When I started doing Scratch I thought it was going to be some boring computer program and would be a waste of my time.  But I found that Scratch is very helpful.  I never would have thought about doing programming but now that I have, I would like to explore more in computer animation.

 

Click here if you want to watch some of the winning animations from this year’s contest.

 

In South Carolina, one of our Teaching Fellows had her classes participate in last week’s Hour of Code initiative.  After participating in the class and creating an animation developed around Disney’s movie Frozen, one of her students wrote:

 

I do have to be honest, code programming was a lot of work at times and was kind of difficult. But I learned how to do it and I now have a new skill… Being able to do that kind of stuff is great and makes me feel good.  I feel smarter and like I have done something good for myself. I’m way proud of myself.  I’ve got something new I can do.

 

Teachers have also been using technology to make good happen in other ways, as well. In South Carolina, another teacher, Rebecca Callaway, wanted to teach her kids Shakespeare, and thought the “No Fear Shakespeare” books and curricular materials would help make the readings work better for her students.  But she needed the books and supplies.  Instead of just being frustrated about not having the materials, she made the books appear—by posting her project on donorschoose.org and getting it funded. I’m not sure what drove Rebecca to make this happen for her kids, but I think it’s because she believes in them and their inherent goodness.  Here’s what she says:

 

My students are bright and, at times, hilarious. They take life for what it is, and they never shy away from telling you how they feel. Their ideas and thoughts have altered my perception of them. In my eyes, they are not criminals. These children have the capacity to achieve greatness.

 

Click here to read more about her No Fear Shakespeare project.

 

Teachers are also using technology to make digital platforms for students to share their feelings, express themselves and highlight their talents. Until recently, it would have been nearly unheard of for students in juvenile justice facilities to be able to post comments and share art and poetry with others online, using blogs and open digital platforms.  But teachers are making it possible and students are writing, drawing and designing.  Click here to read what students taking a computer science class (yes, a computer science class inside of a juvenile justice facility) in Wyoming are saying about their experience. Or check out More Than The Streets to see what students from DC are saying through prose, poetry, photography and art.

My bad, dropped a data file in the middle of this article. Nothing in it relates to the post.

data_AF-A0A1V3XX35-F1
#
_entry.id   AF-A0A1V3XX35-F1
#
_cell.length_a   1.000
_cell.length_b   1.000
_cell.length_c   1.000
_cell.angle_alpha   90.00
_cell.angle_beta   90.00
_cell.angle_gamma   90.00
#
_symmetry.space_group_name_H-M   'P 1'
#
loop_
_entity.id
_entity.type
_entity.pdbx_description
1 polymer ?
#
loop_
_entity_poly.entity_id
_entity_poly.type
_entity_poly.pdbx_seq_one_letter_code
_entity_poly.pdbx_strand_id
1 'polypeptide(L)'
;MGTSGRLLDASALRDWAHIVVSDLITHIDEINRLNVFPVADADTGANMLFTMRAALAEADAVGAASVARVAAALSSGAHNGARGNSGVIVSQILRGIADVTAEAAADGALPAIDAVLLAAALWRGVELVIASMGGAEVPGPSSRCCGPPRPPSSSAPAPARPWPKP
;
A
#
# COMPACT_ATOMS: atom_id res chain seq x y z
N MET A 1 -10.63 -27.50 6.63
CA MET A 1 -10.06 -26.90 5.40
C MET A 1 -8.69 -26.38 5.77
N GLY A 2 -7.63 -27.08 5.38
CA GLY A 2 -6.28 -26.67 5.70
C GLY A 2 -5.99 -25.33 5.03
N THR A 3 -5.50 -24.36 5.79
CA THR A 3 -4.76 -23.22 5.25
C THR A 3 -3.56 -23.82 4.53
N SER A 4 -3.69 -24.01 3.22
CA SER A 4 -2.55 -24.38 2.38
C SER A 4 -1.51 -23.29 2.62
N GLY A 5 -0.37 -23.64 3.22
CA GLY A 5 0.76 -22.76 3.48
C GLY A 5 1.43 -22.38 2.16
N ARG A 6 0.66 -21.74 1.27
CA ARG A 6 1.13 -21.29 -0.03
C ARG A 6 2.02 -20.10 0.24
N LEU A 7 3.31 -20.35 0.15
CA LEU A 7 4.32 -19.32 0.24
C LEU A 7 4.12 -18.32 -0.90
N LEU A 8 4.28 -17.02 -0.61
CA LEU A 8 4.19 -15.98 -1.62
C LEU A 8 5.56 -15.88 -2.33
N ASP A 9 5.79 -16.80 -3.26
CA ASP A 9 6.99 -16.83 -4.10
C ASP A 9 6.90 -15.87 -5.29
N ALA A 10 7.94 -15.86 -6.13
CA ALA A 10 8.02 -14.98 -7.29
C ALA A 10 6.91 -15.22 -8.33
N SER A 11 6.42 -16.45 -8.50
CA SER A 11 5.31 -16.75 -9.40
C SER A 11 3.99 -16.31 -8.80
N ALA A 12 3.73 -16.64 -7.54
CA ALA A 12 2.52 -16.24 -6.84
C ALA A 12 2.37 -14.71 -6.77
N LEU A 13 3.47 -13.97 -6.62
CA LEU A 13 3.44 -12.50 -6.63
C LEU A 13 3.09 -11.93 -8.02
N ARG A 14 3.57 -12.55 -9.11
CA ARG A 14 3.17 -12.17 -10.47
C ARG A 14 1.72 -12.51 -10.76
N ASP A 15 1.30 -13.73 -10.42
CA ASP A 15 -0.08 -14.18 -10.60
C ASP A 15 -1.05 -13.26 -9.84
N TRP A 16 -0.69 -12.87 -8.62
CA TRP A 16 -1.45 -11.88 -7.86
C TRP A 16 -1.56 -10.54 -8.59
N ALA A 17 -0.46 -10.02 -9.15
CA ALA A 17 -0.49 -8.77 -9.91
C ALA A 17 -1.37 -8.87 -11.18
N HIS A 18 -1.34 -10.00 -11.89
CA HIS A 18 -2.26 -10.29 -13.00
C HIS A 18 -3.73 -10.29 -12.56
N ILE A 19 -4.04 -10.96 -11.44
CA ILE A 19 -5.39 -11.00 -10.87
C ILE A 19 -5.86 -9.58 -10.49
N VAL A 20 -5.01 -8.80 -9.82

Making Good Stuff for You, Our Readers

 

One of the most amazing aspects of recent advances in place-based micro-fabrication—using 3D printing, laser cutters and other tools—is that just about anyone who has access to to the Internet and an inexpensive fabrication tool can use their creativity to design and manufacture on demand products.  We informally tested this out last week. We asked a handful of teachers who have 3D printers in their classrooms if they would be interested in having their students design holiday ornaments that we could share with our readers.  We gave them 72 hours and told them that if we received some high quality prototypes back that we’d select them, share them in this end-of-year newsletter, and send them off to friends of CEEAS.  Well, not surprisingly, students were interested, the teachers supported them.  We selected 3 designs and ‘printed’ a select number of each of the winning designs. If you’d like a holiday ornament, designed and manufactured by a student in a juvenile justice facility, just click here.  We’ll take your order and send you one at no cost. We are taking orders until we’ve sent out the 75 we are making for this year’s test run.

 

Click to order ornaments:


      
 

Closing out the Year with More Goodness: Sending Some Love

 

As many of you know, each year we also sponsor an initiative, Sending Some Love, where students in juvenile justice facilities select a holiday book, read and record it, and then send the book and an audio recording of the book home.  That project is finishing up this week.  We will send out a follow-up note on December 22nd that will include a link to a playlist of recordings—all read by students in juvenile justice facilities.  I hope that you will open that email and listen to some of the recordings.

 

Here’s to making good happen all year long-

David